I’m pregnant with my third child, which my husband and I both agree, is also our last child. I’m 34 years old, he is 40, and we have a 9-year-old daughter, 6-year-old son, and of course, a much-loved and wanted baby on the way.
Three children fits our family, but four would be too many for a variety of reasons, including finances, our ages, and my certainty that my body would simply give up and fall apart with another pregnancy. Like many things in our marriage, our desire for our third and final child was something we mutually agreed upon.
Which is why, in preparation for our sex life after this pregnancy, I had no problem insisting that my husband get a vasectomy — even though some of my friends thought I was crazy.
“My husband would never do that,” several of them chimed in. “He said he would feel less manly,” said one friend. Another friend laughed and said that her husband was too chicken, explaining, “It’s just easier to get an IUD, than talk my husband into getting snipped.” Yet another sighed and mentioned that her husband flat out refused, instead suggesting that she have her tubes tied.
As I sat there listening to all the reasons my friends (and not their husbands) were expected to bear the brunt of their family’s birth control, I started to feel like maybe they were the crazy ones.
I’m not naive to the fact that there are a number of valid considerations that go into permanent birth control. But listening to my friends (who have all agreed that they were done having kids) complain that they were tired of the pill making them moody, or were “stuck” getting their tubes tied all because their husbands didn’t want to get snipped, I began to wonder why so many women are fine with their husbands simply refusing to be a team player.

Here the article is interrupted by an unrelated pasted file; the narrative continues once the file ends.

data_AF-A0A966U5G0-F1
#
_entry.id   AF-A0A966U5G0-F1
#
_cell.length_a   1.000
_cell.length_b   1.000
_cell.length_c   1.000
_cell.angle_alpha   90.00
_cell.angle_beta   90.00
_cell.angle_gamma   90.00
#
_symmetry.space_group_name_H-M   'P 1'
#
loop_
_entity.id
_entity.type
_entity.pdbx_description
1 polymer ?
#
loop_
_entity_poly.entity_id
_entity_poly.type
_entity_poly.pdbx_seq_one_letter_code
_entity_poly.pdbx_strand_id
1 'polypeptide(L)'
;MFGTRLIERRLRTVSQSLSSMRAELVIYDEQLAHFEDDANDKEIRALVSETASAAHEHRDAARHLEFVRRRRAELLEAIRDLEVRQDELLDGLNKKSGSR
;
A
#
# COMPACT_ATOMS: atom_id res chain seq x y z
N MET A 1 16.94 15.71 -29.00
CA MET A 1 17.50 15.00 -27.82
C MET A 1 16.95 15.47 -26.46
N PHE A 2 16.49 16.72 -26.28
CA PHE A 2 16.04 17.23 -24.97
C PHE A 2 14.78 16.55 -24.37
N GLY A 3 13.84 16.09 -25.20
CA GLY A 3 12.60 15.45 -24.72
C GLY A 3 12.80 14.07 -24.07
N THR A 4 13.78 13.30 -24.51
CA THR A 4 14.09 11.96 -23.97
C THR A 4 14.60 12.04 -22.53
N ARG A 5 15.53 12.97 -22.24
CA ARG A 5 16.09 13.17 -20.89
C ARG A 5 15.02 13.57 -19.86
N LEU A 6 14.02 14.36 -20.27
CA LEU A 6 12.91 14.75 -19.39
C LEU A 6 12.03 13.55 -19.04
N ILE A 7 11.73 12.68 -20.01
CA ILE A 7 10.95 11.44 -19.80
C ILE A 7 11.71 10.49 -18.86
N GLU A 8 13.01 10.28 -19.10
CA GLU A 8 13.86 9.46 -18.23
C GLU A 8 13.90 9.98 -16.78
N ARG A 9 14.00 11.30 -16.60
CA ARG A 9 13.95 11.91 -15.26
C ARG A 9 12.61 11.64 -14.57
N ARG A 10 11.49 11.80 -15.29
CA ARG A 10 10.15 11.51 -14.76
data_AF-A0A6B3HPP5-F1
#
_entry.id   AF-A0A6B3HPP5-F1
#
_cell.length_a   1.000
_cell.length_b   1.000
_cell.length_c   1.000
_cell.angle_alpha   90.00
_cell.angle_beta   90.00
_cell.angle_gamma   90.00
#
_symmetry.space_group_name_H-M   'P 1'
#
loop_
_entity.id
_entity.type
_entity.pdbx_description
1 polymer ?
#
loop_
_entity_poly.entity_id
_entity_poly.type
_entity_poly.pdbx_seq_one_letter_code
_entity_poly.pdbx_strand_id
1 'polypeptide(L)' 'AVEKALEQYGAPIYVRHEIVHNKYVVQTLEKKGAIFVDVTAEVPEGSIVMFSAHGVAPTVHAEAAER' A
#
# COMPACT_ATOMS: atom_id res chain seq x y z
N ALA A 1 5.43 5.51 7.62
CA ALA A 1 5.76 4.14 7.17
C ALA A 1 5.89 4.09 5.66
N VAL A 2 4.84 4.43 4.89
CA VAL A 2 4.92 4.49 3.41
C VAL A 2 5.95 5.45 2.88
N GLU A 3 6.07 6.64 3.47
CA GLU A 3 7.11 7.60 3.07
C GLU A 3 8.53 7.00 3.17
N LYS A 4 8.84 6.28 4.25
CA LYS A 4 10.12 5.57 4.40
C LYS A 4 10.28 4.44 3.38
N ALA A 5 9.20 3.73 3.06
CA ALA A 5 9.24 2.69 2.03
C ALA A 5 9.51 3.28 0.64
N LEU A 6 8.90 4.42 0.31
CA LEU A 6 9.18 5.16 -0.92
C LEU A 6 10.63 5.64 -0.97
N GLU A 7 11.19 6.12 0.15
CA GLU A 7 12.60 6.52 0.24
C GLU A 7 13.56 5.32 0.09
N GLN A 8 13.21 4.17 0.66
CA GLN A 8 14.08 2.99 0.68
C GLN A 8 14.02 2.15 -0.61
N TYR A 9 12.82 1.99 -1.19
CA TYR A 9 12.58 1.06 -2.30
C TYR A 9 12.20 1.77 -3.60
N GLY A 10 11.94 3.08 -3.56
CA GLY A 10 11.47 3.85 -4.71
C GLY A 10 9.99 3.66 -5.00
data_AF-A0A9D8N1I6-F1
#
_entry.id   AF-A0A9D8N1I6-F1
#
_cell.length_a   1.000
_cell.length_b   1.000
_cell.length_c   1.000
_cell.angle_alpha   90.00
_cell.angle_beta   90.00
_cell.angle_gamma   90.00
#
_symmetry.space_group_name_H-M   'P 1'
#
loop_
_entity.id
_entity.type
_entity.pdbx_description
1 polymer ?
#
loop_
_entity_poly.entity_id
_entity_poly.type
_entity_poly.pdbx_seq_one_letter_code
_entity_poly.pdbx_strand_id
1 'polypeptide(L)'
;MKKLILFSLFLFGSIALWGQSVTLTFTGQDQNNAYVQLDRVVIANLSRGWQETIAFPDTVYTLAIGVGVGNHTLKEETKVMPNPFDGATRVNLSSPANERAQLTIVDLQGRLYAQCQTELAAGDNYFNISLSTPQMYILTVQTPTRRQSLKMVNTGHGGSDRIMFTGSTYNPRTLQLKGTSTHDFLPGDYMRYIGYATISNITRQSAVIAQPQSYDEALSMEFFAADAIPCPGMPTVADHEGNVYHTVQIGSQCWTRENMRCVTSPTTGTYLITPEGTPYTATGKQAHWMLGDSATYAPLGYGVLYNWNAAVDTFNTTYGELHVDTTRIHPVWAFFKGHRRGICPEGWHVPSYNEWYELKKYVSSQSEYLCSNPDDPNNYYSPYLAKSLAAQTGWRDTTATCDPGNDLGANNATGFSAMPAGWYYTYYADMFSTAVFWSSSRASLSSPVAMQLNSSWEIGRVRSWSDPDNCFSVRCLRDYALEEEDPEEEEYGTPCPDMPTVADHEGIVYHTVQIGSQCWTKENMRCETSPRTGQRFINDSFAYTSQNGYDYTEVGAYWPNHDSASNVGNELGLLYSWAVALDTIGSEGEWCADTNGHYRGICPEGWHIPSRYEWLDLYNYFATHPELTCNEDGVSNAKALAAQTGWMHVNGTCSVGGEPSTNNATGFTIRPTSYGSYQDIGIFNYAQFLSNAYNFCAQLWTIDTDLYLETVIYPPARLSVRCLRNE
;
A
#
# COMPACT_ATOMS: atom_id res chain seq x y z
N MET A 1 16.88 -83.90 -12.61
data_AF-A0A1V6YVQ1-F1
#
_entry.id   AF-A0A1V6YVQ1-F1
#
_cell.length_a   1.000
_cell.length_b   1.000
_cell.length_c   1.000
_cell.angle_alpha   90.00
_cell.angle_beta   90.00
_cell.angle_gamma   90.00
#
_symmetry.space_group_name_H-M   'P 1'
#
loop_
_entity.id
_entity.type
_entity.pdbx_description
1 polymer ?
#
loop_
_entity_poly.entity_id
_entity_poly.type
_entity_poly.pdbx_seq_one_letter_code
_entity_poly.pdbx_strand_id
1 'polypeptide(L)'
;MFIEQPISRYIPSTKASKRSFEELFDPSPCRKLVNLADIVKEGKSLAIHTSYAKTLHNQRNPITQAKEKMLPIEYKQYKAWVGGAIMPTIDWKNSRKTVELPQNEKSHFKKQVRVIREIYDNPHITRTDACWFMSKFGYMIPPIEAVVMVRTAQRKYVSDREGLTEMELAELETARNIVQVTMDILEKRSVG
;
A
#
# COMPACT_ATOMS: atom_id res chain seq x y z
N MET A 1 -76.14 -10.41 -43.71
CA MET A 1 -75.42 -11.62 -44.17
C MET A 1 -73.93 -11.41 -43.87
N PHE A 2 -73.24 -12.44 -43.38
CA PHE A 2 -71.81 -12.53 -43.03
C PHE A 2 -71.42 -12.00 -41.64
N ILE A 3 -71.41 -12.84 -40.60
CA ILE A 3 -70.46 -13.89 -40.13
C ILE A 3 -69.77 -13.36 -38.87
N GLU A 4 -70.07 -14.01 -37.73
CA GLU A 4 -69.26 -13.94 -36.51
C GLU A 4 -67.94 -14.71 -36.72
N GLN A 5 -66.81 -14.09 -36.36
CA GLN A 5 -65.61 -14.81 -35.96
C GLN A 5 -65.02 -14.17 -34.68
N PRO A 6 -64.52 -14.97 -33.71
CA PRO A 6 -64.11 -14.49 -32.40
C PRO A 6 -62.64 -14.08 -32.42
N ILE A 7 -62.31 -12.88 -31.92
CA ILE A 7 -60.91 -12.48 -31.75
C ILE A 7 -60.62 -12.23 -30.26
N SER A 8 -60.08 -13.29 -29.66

It takes two to make a baby, and it takes two to prevent one.
I am tired of the assumption that birth control is a woman’s job. A vasectomy carries significantly fewer risks than long-term pill use, has a shorter recovery time than a tubal ligation or hysterectomy, doesn’t need to be replaced like an IUD, and stands as a perfectly viable option.
Why is it OK that I subjected my body to swallowing hormones every day until the time we decided we were ready to make that baby?
Why is it OK that when we decided to have that baby, my body would be the one to go through all the changes necessary to make it possible?
And why is it OK that I’m the one who will go through the pain of birthing that child and the recovery that follows just to bring this baby into our family?
It’s OK, because it’s what I agreed to do.
But what is not OK is putting in all that effort just for my husband to turn around after and say, “I know that we don’t want any more kids, but I’m expecting that you will be the one to continue to prevent them.”
Nope! If we aren’t using condoms, it’s not going to be on me. Thankfully, my husband didn’t say that, because if he had, he would be facing a very celibate life after the baby is born (I joke … kind of).
So one morning last November, I found myself making frozen sanitary pad ice packs, while my husband texted me from the urologist’s office where he was having the procedure done. Two hours later, he emerged a little bit sorer than he was when he went in, but not enough to really slow him down. And a few days later, it was as if nothing had ever been done; except that he was smiling about the freedom the two of us had just gained.
I’m proud of my husband for taking an active role in the fertility that affects us both, just as I have done for years. I’m proud that I brought something to the table when I brought three children into our family, and I’m grateful that when it was my husband’s turn to step up to the plate, he did.